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In our ongoing effort to provide comprehensive information to people applying for visas to Canada and visas for US, we have gone “outside the box” as it were. While we are not tax experts by any stretch and the following is not to be considered legal advice, it is important to understand the tax issues for Canadians wishing to do business, work or immigrate to the US. We hope this general information is helpful but always consult with a tax expert before making a move to the US. Of course we are here to help with your US Visas!
And for those of Americans or foreign nationals wishing to immigrate to Canada, we have written a blog on tax for you as well here.
If you conduct business, own property or spend some of your time living in the United States, there are a couple of special considerations to take when filing your taxes, and you may have to file them in the United States.
The basic equation used to determine if you spend enough of each year within the United States to be considered a tax resident is:
How many days you spent in the U.S. during the current year + one-third of the days spent in the U.S. the previous year + one-sixth of the days spent in the U.S. the year before that.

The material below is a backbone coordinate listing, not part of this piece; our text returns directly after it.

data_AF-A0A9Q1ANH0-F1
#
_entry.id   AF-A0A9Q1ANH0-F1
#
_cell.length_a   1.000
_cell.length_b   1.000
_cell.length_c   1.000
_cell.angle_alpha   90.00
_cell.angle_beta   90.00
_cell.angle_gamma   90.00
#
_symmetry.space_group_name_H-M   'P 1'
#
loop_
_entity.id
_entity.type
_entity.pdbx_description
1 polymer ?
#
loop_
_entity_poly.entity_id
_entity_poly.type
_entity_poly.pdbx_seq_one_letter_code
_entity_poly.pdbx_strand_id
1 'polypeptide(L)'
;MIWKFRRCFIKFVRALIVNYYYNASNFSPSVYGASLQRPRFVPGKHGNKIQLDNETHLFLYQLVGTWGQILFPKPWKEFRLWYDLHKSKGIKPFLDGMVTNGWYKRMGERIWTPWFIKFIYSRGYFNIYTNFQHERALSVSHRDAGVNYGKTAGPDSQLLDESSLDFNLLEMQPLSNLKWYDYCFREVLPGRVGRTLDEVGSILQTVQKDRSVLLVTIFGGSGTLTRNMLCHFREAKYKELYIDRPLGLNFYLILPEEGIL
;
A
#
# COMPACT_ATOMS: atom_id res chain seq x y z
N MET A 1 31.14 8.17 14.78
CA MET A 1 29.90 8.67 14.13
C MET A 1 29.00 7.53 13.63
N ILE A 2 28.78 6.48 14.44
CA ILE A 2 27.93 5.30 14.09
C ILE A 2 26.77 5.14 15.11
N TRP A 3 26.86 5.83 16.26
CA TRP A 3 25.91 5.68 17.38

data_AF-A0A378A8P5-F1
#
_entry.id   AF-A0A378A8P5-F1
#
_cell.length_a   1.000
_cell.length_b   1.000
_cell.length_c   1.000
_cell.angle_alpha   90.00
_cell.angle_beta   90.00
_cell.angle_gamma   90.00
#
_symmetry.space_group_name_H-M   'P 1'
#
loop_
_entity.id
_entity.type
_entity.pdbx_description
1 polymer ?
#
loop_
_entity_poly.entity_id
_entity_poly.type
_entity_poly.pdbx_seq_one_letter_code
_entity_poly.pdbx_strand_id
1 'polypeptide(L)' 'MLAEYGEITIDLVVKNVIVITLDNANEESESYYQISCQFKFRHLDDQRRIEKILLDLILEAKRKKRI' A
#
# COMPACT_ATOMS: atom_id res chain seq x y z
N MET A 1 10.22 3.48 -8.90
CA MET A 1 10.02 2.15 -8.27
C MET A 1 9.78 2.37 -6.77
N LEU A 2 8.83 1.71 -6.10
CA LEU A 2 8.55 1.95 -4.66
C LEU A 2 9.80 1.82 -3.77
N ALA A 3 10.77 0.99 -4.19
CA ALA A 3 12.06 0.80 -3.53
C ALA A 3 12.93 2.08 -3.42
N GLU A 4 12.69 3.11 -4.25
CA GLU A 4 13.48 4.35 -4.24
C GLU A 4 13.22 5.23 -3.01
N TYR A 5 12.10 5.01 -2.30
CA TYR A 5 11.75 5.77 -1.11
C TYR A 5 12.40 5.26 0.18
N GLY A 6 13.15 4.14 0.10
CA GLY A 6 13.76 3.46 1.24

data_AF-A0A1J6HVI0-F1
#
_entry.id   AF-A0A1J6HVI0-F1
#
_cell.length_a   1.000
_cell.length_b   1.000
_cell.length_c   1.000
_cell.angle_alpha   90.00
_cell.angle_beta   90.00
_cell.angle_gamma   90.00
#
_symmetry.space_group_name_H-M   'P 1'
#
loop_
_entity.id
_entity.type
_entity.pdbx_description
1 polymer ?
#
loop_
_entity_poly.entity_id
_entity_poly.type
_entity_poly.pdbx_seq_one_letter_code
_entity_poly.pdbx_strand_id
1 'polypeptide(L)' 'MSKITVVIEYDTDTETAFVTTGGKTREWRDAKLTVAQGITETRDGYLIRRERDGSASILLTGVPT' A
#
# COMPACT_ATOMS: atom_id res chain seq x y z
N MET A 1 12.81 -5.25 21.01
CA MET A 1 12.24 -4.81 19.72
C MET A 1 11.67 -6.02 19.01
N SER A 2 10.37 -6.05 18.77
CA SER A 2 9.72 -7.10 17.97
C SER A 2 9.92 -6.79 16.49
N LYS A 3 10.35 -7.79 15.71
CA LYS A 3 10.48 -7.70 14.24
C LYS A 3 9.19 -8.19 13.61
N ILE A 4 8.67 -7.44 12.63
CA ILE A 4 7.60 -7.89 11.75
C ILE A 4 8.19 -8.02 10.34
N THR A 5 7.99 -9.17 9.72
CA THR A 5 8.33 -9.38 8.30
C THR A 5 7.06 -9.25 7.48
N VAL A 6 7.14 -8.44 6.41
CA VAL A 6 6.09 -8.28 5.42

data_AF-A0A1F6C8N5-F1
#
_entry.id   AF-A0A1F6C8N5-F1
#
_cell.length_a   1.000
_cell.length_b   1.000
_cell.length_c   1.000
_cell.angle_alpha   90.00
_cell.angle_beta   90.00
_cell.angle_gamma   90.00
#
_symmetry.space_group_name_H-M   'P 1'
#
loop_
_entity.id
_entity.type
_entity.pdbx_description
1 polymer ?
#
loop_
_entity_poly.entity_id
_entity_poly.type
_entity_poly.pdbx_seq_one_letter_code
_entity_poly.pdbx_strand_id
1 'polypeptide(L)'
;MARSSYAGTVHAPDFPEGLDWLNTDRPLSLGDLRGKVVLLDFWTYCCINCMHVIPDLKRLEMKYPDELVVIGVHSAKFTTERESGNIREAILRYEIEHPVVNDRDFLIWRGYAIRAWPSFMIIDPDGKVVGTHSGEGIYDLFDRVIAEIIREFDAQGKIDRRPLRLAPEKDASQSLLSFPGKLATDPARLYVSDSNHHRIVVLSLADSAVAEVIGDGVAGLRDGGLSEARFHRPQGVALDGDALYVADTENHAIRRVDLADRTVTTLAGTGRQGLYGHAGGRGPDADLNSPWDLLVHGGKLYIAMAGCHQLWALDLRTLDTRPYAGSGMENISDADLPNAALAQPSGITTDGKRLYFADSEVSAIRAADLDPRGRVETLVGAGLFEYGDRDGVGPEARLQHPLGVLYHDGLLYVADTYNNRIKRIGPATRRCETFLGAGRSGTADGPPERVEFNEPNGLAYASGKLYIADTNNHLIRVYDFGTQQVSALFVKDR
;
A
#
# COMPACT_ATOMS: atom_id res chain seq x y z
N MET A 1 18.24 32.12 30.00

The total days that must be spent in the U.S. for you to be considered a tax resident are 183. If your number meets or exceeds this amount, you must file taxes in the United States.
For you snowbirds, spending an average of around 4 months in the United States per year will usually meet this number.
Typically, If you conduct business within the United States by: shipping goods, soliciting business, having an office or consulting within the United States, you must file taxes there.
However, Canada has a tax treaty with the United States which renders most Canadians exempt from these taxes unless they have a permanent location within the country. A tax return must still be filed, using Form 1120F if you are a corporation and Form 1040NR if you are an individual, including Form 8833 to explain the exemption.
If you sell a property in the U.S., Form 1040NR must be used to report the sale. If you own a rental property in the U.S., you will usually have to pay a 30 per cent withholding tax.
What you can do, however, is use the net rental income method: because the tax is rather high, you can opt to file a complete U.S. tax return on your expenses and income on the property, which may lower the total tax.
Both of these tax filings are due on June 15.
The content and comments of this blog are not legal advise and and may not be accurate or complete. If you require legal advice, contact a licensed legal practitioner directly.